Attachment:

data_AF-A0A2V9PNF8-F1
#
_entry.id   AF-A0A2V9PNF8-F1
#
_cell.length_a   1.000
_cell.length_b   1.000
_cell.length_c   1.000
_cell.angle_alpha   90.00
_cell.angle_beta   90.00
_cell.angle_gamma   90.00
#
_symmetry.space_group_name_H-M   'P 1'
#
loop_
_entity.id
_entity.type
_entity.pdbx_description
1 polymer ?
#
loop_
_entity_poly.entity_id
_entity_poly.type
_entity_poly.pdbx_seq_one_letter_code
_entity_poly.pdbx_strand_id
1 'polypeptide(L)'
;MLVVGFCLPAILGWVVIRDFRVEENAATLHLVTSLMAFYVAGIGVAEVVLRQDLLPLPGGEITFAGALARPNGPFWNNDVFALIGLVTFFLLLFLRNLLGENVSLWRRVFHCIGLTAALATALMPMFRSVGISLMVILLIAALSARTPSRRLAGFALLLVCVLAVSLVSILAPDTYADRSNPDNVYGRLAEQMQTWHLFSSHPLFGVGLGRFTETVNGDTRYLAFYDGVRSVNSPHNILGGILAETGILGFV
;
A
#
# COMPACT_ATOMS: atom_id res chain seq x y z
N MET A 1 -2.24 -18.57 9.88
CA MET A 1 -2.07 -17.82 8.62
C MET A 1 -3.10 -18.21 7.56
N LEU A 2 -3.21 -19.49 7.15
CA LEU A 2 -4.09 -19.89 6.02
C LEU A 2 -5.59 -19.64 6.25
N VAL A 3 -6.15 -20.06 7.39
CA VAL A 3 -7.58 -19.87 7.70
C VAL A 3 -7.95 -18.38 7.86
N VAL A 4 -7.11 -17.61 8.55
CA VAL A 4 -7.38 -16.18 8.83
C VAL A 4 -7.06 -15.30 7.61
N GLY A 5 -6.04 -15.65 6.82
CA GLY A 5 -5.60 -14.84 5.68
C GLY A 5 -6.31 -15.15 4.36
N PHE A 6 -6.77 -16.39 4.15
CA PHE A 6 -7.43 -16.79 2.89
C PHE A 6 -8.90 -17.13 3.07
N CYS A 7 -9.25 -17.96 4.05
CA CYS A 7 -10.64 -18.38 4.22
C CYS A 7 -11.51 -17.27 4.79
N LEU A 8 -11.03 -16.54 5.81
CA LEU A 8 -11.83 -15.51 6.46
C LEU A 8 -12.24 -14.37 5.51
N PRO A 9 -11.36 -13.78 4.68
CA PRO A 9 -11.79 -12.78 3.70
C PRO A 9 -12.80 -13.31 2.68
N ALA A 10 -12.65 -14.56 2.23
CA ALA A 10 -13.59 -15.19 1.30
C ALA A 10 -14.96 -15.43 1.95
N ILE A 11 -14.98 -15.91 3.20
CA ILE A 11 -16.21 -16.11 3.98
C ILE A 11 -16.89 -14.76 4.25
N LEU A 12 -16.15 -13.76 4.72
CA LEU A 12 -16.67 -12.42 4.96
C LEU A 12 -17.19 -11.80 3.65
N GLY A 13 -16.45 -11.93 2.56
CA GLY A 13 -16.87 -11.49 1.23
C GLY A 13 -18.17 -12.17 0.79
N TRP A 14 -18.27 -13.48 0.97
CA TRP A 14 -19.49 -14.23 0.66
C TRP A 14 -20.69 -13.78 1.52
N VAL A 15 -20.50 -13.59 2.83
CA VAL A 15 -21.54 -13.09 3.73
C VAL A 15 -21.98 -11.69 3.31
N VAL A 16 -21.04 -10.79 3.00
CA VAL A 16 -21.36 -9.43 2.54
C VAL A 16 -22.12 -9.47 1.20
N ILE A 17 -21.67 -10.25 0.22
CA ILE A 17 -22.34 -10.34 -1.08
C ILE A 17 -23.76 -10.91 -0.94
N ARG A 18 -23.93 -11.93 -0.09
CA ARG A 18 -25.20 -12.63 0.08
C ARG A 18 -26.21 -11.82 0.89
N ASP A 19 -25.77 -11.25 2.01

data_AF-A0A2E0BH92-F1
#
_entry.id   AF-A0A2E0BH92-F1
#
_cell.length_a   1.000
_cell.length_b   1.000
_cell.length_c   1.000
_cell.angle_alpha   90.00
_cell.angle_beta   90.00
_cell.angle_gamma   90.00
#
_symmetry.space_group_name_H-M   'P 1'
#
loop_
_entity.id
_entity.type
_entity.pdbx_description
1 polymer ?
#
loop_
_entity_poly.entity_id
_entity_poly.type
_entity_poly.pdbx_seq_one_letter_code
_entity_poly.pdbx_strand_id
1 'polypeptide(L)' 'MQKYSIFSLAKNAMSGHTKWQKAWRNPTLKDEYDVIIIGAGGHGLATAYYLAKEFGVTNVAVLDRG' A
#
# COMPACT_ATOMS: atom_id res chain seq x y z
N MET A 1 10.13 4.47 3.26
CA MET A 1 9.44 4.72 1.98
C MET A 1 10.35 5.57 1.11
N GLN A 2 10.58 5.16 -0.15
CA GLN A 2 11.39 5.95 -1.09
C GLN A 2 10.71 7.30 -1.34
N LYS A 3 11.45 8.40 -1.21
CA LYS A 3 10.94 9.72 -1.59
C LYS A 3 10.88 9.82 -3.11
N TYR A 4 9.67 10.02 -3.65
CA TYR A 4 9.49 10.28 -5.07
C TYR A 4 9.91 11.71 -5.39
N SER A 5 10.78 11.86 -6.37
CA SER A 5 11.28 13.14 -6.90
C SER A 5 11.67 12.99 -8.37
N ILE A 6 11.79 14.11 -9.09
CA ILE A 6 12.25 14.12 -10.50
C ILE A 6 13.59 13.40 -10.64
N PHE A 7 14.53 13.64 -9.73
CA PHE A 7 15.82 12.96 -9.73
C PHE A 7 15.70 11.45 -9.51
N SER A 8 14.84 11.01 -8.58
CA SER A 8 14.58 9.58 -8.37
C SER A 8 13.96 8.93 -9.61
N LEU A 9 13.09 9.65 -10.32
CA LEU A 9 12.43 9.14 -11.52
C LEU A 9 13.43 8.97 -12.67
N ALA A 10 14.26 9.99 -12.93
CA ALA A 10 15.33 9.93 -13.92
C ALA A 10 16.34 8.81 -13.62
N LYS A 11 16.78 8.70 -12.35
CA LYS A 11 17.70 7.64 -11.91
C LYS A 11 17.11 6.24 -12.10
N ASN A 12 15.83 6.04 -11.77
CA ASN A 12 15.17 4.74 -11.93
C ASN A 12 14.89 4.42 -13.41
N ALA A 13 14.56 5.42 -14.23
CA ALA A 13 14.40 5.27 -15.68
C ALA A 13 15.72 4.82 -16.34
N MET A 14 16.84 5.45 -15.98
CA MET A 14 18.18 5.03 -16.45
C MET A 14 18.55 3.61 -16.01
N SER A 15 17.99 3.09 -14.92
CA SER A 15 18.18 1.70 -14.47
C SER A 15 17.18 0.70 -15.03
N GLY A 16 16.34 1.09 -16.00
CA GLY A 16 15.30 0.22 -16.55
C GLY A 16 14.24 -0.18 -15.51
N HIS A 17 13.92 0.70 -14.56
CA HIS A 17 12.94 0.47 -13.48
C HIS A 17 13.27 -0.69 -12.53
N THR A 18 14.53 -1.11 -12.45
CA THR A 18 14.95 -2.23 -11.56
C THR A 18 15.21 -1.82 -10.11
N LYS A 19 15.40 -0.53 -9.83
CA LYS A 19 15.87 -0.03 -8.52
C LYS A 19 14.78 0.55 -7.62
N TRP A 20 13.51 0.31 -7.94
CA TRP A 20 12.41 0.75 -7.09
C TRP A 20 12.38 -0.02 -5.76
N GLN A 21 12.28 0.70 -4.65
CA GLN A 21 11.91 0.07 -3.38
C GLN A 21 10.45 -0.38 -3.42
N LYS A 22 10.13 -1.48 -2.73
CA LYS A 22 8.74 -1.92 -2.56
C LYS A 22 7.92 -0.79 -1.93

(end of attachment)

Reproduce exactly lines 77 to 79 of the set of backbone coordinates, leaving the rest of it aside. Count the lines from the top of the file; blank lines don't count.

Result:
CA VAL A 16 -21.36 -9.43 2.54
C VAL A 16 -22.12 -9.47 1.20
N ILE A 17 -21.67 -10.25 0.22